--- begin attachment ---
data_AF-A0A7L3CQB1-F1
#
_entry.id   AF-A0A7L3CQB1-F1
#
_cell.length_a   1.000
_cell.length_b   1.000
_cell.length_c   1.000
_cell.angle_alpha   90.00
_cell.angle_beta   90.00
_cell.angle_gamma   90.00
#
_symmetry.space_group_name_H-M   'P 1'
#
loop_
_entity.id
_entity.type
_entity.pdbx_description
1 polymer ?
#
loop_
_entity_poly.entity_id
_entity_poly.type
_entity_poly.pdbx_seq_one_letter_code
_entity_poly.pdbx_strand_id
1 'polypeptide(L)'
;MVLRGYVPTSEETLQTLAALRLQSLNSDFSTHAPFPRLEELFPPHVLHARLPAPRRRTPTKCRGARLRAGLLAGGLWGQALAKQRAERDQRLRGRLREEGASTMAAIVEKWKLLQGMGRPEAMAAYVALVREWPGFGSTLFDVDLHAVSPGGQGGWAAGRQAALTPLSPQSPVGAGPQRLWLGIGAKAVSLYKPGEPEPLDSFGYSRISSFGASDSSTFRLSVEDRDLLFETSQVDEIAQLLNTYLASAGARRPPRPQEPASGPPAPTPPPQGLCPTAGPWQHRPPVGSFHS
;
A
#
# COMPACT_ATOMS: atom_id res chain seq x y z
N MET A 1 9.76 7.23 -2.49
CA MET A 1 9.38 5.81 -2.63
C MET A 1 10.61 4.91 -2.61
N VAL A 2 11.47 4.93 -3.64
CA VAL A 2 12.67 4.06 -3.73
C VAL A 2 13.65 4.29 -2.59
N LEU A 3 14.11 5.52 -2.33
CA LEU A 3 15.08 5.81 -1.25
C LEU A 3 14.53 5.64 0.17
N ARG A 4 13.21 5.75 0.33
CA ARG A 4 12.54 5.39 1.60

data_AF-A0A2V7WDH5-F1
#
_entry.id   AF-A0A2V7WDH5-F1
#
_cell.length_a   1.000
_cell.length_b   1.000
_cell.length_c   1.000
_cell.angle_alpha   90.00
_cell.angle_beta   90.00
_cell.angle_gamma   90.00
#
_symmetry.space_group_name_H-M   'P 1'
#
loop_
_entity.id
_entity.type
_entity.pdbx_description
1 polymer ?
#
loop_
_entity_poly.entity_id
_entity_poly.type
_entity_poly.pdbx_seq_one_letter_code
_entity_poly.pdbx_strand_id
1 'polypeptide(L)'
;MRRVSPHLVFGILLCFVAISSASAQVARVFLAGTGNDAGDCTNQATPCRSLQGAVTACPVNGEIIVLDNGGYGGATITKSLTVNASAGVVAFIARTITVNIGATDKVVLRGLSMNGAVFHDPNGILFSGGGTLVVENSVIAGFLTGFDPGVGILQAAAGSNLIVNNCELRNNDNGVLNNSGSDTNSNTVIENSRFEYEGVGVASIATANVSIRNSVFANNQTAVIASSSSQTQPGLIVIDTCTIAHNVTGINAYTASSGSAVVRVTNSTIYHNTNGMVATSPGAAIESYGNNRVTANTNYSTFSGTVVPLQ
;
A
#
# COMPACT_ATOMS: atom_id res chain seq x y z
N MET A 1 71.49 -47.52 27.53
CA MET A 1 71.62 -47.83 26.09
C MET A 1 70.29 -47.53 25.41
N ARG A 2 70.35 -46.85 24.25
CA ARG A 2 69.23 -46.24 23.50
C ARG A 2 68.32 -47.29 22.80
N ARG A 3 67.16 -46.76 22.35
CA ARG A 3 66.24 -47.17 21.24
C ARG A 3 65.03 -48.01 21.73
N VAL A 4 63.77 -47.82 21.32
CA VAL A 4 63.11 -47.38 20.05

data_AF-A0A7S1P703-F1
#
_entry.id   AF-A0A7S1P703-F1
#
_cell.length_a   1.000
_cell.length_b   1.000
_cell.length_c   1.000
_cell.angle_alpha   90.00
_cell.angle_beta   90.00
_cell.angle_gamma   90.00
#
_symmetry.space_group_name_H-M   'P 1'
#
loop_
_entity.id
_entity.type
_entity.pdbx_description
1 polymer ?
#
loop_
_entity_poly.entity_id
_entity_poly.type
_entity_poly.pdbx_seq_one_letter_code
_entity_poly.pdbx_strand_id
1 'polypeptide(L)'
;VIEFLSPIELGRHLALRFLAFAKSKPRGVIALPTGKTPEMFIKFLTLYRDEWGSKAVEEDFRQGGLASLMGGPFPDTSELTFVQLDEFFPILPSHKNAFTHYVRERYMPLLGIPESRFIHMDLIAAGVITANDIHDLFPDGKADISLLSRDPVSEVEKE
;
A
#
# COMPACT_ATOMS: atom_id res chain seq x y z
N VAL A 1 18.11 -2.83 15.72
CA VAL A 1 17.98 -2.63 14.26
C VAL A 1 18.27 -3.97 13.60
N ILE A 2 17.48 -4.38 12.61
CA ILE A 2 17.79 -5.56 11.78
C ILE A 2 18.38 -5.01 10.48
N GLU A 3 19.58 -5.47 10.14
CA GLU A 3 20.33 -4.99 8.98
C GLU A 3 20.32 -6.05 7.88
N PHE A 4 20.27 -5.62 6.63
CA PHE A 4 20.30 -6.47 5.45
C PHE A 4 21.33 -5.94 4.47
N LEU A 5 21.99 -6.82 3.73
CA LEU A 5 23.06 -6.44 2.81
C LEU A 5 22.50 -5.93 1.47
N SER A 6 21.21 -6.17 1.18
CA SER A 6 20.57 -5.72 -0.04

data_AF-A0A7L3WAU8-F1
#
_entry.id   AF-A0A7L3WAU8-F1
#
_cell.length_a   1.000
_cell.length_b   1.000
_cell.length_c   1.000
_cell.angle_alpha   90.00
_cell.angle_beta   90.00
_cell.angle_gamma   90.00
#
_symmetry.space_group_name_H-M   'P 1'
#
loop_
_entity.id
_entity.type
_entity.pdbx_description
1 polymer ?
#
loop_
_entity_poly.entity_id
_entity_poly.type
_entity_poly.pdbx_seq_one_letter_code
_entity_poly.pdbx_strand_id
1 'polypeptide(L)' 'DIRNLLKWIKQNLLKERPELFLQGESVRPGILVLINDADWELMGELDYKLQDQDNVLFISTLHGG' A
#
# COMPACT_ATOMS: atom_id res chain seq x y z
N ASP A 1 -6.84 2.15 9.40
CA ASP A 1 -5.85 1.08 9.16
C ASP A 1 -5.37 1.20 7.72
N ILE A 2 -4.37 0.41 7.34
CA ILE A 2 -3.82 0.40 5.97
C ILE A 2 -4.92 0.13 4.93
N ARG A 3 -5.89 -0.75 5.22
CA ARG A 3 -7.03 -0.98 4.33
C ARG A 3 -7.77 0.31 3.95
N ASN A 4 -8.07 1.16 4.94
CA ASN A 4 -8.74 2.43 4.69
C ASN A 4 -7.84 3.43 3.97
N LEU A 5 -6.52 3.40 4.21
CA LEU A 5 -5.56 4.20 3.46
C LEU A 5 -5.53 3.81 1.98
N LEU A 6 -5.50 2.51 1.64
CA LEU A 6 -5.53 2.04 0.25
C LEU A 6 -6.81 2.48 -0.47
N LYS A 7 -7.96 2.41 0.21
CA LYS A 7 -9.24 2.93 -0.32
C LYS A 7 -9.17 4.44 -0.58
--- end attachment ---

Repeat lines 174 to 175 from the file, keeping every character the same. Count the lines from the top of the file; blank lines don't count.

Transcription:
C LEU A 6 -6.81 2.48 -0.47
N LYS A 7 -7.96 2.41 0.21